Will explains why these draconian regulations are in place:
"All this and much more is because Missouriâ€™s legislature, noting excessive reliance on traffic tickets, put a low cap on the portion a community could raise of its budget from this source. So now 40 percent of Pagedaleâ€™s tickets are for non-traffic offenses. Since 2010, such tickets have increased 495 percent. In 2013, the city collected $356,601 in fines and fees. But Pagedaleâ€™s misfortune might be Americaâ€™s good fortune now that the constitutional litigators from the Institute for Justice are representing some Pagedale residents.
The institute argues that the city is subordinating the administration of justice to the goal of generating revenue, even limiting court hours in order to cause people to fail to meet requirements, thereby subjecting them to more fines. But the cityâ€™s pecuniary interest in particular judicial outcomes, which creates an appearance of bias, is not the crux of the argument that the city is violating the 14th Amendment guarantee that Americans shall not be deprived of life, liberty, or property without "due process of law.â€ The entire nation should hope that this small cityâ€™s pettiness will be stopped by a court that says this: The Due Process Clause, properly construed, prohibits arbitrary government action, particularly that which unjustifiably restricts individualsâ€™ liberties."
He's right to a point, but I had to attend that court prior to the change in Missouri law and so many other cases there were for Mickey-Mouse violations.
As for that last, well, it has always been that way, since these municipalities run their own courts and keep the money they make off of unsuspecting individuals. It never made any sense to me; the judge is a city employee, as is the prosecutor, and both are chumming around in the courtroom. You have virtually no chance of winning if you plead not guilty and demand a trial. Your only option is to sue in superior court after you lose. Most people - especially poor people - have neither the time nor resources to fight this, and just pay their fines to put an end to it.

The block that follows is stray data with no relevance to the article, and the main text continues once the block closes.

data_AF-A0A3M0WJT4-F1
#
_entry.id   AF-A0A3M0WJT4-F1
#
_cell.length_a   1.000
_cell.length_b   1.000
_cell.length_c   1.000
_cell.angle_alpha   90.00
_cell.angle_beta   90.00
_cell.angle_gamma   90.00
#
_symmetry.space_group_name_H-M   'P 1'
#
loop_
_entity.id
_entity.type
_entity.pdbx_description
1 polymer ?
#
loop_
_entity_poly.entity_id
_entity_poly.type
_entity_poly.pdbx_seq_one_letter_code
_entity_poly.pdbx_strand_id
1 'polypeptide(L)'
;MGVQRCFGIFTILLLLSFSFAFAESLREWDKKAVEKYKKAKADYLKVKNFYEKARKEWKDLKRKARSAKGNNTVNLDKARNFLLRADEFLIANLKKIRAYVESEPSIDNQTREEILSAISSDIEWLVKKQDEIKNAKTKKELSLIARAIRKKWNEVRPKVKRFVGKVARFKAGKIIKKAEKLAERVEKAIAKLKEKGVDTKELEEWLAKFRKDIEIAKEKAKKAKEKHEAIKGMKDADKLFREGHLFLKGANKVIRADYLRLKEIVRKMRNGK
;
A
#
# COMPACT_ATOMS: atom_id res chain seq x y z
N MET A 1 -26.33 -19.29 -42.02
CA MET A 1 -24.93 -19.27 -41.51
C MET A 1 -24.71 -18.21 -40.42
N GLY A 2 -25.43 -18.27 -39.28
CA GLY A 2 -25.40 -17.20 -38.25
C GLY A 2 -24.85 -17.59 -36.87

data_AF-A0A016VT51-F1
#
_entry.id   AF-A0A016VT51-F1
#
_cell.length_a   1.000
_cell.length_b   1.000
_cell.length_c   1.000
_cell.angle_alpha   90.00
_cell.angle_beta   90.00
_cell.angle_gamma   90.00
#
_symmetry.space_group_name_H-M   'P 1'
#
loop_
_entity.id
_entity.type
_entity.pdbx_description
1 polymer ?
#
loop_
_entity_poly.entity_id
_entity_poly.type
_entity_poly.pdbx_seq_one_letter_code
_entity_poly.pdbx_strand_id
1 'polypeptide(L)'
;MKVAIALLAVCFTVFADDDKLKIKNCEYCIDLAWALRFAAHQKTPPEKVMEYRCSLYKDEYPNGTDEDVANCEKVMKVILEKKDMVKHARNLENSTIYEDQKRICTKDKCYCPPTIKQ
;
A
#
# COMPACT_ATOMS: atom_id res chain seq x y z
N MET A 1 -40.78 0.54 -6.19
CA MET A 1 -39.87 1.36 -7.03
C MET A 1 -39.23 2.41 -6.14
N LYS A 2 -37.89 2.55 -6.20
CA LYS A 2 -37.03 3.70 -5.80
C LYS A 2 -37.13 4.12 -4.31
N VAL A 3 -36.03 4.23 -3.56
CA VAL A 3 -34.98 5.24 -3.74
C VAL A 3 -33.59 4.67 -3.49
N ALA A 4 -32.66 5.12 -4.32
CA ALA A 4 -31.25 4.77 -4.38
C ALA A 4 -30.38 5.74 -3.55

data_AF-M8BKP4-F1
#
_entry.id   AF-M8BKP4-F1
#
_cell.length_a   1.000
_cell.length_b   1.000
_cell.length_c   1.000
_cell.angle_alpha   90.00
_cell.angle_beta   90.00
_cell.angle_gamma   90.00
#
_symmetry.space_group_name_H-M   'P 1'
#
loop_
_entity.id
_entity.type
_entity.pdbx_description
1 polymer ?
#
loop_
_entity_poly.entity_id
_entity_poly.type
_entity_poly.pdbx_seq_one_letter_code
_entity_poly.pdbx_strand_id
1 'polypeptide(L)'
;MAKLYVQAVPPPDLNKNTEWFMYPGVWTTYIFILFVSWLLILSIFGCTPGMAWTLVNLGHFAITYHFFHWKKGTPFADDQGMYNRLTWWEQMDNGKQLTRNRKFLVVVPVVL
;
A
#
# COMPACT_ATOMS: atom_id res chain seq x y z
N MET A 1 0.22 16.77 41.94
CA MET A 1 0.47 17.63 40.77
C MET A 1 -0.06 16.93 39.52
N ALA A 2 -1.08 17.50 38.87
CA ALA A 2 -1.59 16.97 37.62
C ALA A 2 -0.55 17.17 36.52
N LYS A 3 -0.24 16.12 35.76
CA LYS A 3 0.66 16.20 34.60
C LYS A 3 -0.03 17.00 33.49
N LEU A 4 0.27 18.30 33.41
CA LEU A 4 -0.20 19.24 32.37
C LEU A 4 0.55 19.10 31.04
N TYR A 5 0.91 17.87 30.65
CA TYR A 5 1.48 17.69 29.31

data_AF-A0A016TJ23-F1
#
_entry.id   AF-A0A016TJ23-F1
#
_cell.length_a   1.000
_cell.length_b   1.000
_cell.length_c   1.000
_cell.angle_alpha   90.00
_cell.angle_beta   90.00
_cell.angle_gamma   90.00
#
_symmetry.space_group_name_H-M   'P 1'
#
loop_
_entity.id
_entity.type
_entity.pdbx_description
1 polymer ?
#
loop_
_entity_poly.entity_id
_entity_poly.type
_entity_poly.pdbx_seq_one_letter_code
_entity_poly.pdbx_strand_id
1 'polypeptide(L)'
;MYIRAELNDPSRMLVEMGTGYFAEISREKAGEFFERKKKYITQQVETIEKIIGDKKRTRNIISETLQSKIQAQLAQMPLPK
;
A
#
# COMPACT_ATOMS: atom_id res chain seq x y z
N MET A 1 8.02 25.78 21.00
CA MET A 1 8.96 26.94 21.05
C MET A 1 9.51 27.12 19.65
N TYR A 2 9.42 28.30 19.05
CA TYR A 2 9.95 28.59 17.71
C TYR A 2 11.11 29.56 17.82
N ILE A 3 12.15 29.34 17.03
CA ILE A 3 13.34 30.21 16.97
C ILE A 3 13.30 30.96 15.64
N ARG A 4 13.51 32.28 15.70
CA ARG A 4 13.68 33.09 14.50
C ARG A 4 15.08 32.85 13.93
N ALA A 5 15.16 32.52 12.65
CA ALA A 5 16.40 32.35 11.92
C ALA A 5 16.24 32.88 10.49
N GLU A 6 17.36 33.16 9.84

This was one of the major issues that the Ferguson Commission dealt with; many of the locals complained about predatory policing, the use of police and legal power to steal money to fill city coffers. Of course, the Ferguson Commission made it a racial thing, arguing that this was happening because the targets were black. That isn't true, and never has been. Anyone who lived in one of these Podunk municipalities (and indeed I grew up in one) knows the dangers of predatory policing. In fact, when I was a teenager, a police officer in a neighboring community told me and some friends to stay out of my own hometown because the police there were crazy, and they were itching for trouble with teens. This officer actually suggested we take the shortest route out of that town so as to avoid being stopped.
That is tyranny, whether these local governments are voted in our not.
The Founding Fathers hated democracy for this very reason. Democracy invariably ends in tyranny, because some realize they can make money off their fellow citizens, and can otherwise profit (like empowering themselves). A rabble voting based entirely on self-interest leads to a ruling aristocratic class. The Founders wanted to devolve power to the People wherever possible, and to do that they formulated and codified fundamental rights which could not be usurped by a democratic vote. Sadly, we have gone away from this notion, accepting the concept of rights are mere convention, given by the People in their collective will. This was Jean Jacques Rousseau's vision of the Social Contract, as opposed to the John Locke vision of limited government, which itself emanated from rights being granted by God and not Man.
We now think rights are mere privileges granted by the State. As a result, we live in an ever intrusive society, be it at the national level, the state level, or the local level. Nobody questions the right of the collective to harass and demand from the citizen. The right to be left alone has been forgotten.
A city like Pagedale is a model, a microcosm of where Progressive thought will take us. No doubt the original intent of these draconian laws was to preserve the city, to keep it from decaying and to prevent lawless and rowdy behavior, thus to ensure the quiet enjoyment of the property the citizens inhabited. But as we all know, the road to hell is paved with good intentions, and a society that sees the individual as subordinate to the state will inevitably be subject to human failings and insatiable human appetites. In the end the good intentions are swallowed up, becoming a tool of monstrous repression. Nobody wants to live in Pagedale.
America is becoming a giant version of Pagedale; who is going to want to live here in the future?